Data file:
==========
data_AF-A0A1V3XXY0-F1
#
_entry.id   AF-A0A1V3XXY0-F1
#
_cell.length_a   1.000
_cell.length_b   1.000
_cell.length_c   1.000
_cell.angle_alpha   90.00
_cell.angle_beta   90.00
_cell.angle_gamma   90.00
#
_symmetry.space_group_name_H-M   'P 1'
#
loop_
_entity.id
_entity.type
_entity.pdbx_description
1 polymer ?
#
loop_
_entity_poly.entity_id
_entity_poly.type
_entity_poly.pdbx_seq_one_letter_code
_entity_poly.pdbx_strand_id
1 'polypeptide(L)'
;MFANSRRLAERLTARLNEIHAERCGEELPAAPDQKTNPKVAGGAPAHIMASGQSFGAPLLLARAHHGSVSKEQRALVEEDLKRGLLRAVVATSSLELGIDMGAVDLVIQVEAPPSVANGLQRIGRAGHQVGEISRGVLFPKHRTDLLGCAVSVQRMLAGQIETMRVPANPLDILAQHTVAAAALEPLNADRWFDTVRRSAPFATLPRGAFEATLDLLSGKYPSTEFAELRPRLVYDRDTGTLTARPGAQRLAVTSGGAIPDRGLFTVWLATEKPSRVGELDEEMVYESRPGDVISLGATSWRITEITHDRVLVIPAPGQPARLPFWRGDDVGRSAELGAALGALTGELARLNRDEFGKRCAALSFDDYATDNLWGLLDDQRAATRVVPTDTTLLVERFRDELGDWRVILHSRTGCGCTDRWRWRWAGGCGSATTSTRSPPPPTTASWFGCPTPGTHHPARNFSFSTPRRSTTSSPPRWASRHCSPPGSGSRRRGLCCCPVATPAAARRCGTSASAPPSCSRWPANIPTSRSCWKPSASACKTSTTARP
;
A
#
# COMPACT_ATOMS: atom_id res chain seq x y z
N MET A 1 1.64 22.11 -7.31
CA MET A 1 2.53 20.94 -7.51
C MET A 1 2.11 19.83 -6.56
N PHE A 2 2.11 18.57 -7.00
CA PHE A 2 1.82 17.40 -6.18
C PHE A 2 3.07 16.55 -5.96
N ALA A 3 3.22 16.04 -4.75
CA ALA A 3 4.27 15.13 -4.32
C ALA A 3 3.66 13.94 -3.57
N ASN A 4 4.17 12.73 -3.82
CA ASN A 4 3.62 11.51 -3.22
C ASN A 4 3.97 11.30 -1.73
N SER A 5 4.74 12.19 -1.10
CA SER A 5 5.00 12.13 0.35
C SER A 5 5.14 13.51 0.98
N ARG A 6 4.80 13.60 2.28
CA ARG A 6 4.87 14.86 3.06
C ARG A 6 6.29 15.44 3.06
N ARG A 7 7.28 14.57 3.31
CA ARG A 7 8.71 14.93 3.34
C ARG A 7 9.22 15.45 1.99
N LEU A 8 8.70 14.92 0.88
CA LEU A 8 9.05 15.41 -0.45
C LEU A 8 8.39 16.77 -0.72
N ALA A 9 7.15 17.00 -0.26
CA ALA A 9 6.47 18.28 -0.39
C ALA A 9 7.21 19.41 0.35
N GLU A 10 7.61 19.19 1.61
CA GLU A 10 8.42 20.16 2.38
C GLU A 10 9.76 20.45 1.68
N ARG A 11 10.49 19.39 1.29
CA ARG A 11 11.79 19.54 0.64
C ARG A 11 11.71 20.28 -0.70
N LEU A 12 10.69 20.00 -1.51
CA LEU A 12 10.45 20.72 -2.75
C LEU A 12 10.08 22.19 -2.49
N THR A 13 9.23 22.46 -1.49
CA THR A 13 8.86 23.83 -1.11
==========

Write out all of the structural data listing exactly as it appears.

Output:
data_AF-A0A1V3XXY0-F1
#
_entry.id   AF-A0A1V3XXY0-F1
#
_cell.length_a   1.000
_cell.length_b   1.000
_cell.length_c   1.000
_cell.angle_alpha   90.00
_cell.angle_beta   90.00
_cell.angle_gamma   90.00
#
_symmetry.space_group_name_H-M   'P 1'
#
loop_
_entity.id
_entity.type
_entity.pdbx_description
1 polymer ?
#
loop_
_entity_poly.entity_id
_entity_poly.type
_entity_poly.pdbx_seq_one_letter_code
_entity_poly.pdbx_strand_id
1 'polypeptide(L)'
;MFANSRRLAERLTARLNEIHAERCGEELPAAPDQKTNPKVAGGAPAHIMASGQSFGAPLLLARAHHGSVSKEQRALVEEDLKRGLLRAVVATSSLELGIDMGAVDLVIQVEAPPSVANGLQRIGRAGHQVGEISRGVLFPKHRTDLLGCAVSVQRMLAGQIETMRVPANPLDILAQHTVAAAALEPLNADRWFDTVRRSAPFATLPRGAFEATLDLLSGKYPSTEFAELRPRLVYDRDTGTLTARPGAQRLAVTSGGAIPDRGLFTVWLATEKPSRVGELDEEMVYESRPGDVISLGATSWRITEITHDRVLVIPAPGQPARLPFWRGDDVGRSAELGAALGALTGELARLNRDEFGKRCAALSFDDYATDNLWGLLDDQRAATRVVPTDTTLLVERFRDELGDWRVILHSRTGCGCTDRWRWRWAGGCGSATTSTRSPPPPTTASWFGCPTPGTHHPARNFSFSTPRRSTTSSPPRWASRHCSPPGSGSRRRGLCCCPVATPAAARRCGTSASAPPSCSRWPANIPTSRSCWKPSASACKTSTTARP
;
A
#
# COMPACT_ATOMS: atom_id res chain seq x y z
N MET A 1 1.64 22.11 -7.31
CA MET A 1 2.53 20.94 -7.51
C MET A 1 2.11 19.83 -6.56
N PHE A 2 2.11 18.57 -7.00
CA PHE A 2 1.82 17.40 -6.18
C PHE A 2 3.07 16.55 -5.96
N ALA A 3 3.22 16.04 -4.75
CA ALA A 3 4.27 15.13 -4.32
C ALA A 3 3.66 13.94 -3.57
N ASN A 4 4.17 12.73 -3.82
CA ASN A 4 3.62 11.51 -3.22
C ASN A 4 3.97 11.30 -1.73
N SER A 5 4.74 12.19 -1.10
CA SER A 5 5.00 12.13 0.35
C SER A 5 5.14 13.51 0.98
N ARG A 6 4.80 13.60 2.28
CA ARG A 6 4.87 14.86 3.06
C ARG A 6 6.29 15.44 3.06
N ARG A 7 7.28 14.57 3.31
CA ARG A 7 8.71 14.93 3.34
C ARG A 7 9.22 15.45 1.99
N LEU A 8 8.70 14.92 0.88
CA LEU A 8 9.05 15.41 -0.45
C LEU A 8 8.39 16.77 -0.72
N ALA A 9 7.15 17.00 -0.26
CA ALA A 9 6.47 18.28 -0.39
C ALA A 9 7.21 19.41 0.35
N GLU A 10 7.61 19.19 1.61
CA GLU A 10 8.42 20.16 2.38
C GLU A 10 9.76 20.45 1.68
N ARG A 11 10.49 19.39 1.29
CA ARG A 11 11.79 19.54 0.64
C ARG A 11 11.71 20.28 -0.70
N LEU A 12 10.69 20.00 -1.51
CA LEU A 12 10.45 20.72 -2.75
C LEU A 12 10.08 22.19 -2.49
N THR A 13 9.23 22.46 -1.49
CA THR A 13 8.86 23.83 -1.11